Thursday, July 2, 2015

Stars, Thistles and Birds: Plans for Wholecloth Quilting

Maybe this is a bad thing because I haven't finished the Green Star quilt yet, but I've already started planning my next two Wholecloth quilts. The Green Star quilt probably won't get done until the end of this year. It's harder to get quilting done when it's hot; I'm probably about halfway done right now. Getting one quilt done a year is, I think, a decent goal.

The Plan

Introducing: the Thistle Quilt

So the next quilt is going to be a bed cover for a twin-sized bed. The backing is a piece of deep grass green cotton; the top is a piece of white handkerchief linen with strips of tan floral quilting cotton and various remnant squares of linen. The batting is a remnant of "Warm and White" cotton from work. The design plan is to have a Scottish thistle as the central medallion, with a Celtic/Norse flavor.

Pinterest: I generally dislike using Pinterest, but it is a good place to store idea pictures

For the next next quilt, it's not all settled yet. It's going to be a queen size again, and I know I want to buy wide cotton muslin quilt backing($7 a yard from so there aren't any seams on the back side, and use linen/cotton for the top(possibly the $7 a yard Kaufman Essex also from I'm thinking this quilt might have a bird theme.

How I Quilt

I don't have a quilt frame. I don't baste. I just break all the rules. That's how I roll.

When I'm drawing out my design on the quilt top, I usually mark the central medallion with a water-soluble pencil. I also use a fine-tip disappearing ink pen for more detailed, smaller designs. I usually begin by penciling a basic graph on the quilt top so as to mark the center point and a square around the size of the medallion. I haven't used stencils much, and mostly I do freehand based off my graph measurements. Since 18th Century quilters didn't have lightboxes and would have had to free-hand or stencil the designs on, I figure I'm in good company.  Quilting does require much more geometry and math than I would like!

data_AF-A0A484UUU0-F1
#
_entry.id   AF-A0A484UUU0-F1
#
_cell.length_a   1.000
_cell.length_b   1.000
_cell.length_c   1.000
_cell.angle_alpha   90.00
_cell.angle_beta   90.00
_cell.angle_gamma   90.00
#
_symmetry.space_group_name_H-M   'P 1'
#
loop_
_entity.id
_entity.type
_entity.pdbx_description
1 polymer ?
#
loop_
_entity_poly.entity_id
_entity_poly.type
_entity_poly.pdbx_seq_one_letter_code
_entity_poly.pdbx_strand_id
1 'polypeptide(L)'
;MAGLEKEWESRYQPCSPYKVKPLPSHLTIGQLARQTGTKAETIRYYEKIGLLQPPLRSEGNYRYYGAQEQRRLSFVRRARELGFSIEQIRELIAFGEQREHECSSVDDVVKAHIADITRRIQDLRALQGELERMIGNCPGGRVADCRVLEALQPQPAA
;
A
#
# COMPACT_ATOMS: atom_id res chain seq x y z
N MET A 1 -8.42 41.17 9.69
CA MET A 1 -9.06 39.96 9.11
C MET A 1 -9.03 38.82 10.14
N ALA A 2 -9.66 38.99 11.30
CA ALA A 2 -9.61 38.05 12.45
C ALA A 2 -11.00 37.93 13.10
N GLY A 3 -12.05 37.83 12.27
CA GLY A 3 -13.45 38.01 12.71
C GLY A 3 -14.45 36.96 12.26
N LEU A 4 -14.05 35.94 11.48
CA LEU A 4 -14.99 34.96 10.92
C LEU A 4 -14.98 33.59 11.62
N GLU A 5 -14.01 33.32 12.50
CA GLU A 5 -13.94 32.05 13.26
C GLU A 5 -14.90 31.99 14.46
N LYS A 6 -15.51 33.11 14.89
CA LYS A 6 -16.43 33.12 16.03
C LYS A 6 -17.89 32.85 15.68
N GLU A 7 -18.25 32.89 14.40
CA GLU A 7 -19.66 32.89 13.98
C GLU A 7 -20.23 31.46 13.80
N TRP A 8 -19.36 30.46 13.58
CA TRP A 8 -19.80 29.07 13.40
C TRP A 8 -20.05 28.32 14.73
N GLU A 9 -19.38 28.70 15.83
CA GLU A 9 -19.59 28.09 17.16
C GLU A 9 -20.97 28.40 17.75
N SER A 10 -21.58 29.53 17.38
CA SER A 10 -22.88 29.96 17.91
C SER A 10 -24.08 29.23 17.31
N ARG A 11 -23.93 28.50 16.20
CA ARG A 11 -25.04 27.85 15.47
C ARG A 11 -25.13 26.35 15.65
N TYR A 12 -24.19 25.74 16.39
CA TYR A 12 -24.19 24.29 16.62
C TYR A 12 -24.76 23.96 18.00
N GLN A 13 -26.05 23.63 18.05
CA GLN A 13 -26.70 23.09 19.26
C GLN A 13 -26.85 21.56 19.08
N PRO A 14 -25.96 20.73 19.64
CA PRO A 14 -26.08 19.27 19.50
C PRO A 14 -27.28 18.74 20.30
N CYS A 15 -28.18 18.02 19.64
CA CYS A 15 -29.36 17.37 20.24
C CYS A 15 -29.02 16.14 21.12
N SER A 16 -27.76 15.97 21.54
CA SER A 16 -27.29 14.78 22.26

I may not keep all the rules, but one rule I stick to is always start from the center and work outwards. I certainly don't have room for a quilt frame, so I'm always dragging my quilt around the house to work on it. Even though the layers are safety-pinned together at about every three inches, sometimes there are still small ripples on the underside from the quilt being moved around and not being kept flat or rolled. I'm ok with that, since I only quilt for myself, but it's something to be aware of.

It's been hard for me to find online resources specifically on wholecloth hand-quilting, but I recently found this old post by Natalie at Sewing Room Secrets. It's a great post with pictures of her hand-sewn wholecloth quilt(Personally, I think all wholecloth quilts should be hand-sewn). She also talks about her fingers getting torn up by the needle- that happens to me too, because I'm too lazy to learn how to use a thimble.

Quilting Accessories

Leather thimble from Clover: something I haven't tried, but should.
Fine-tip disapearing ink pen. This is the one I have. It's lasted me two years at least, and works well.
Water-soluble pencil. Get the one specifically for quilting, not apparel: there is a difference.
Hancock Fabrics(the only local fabric store that I'm acquainted with) has cotton, poly, wool and bamboo batting. They also have quilt backing, but at my store it is all patterned with a modern print and is $12+ per yard to boot. I get my quilting thread from Hancocks, when it goes on sale. I know people have said using normal thread is fine, and I'm sure it is, but I like working with the thicker hand-quilting thread. has muslin quilt backing for $7 a yard, and free shipping for orders over $35.

So there you go! Way more details about my quilts than you ever wanted to know.

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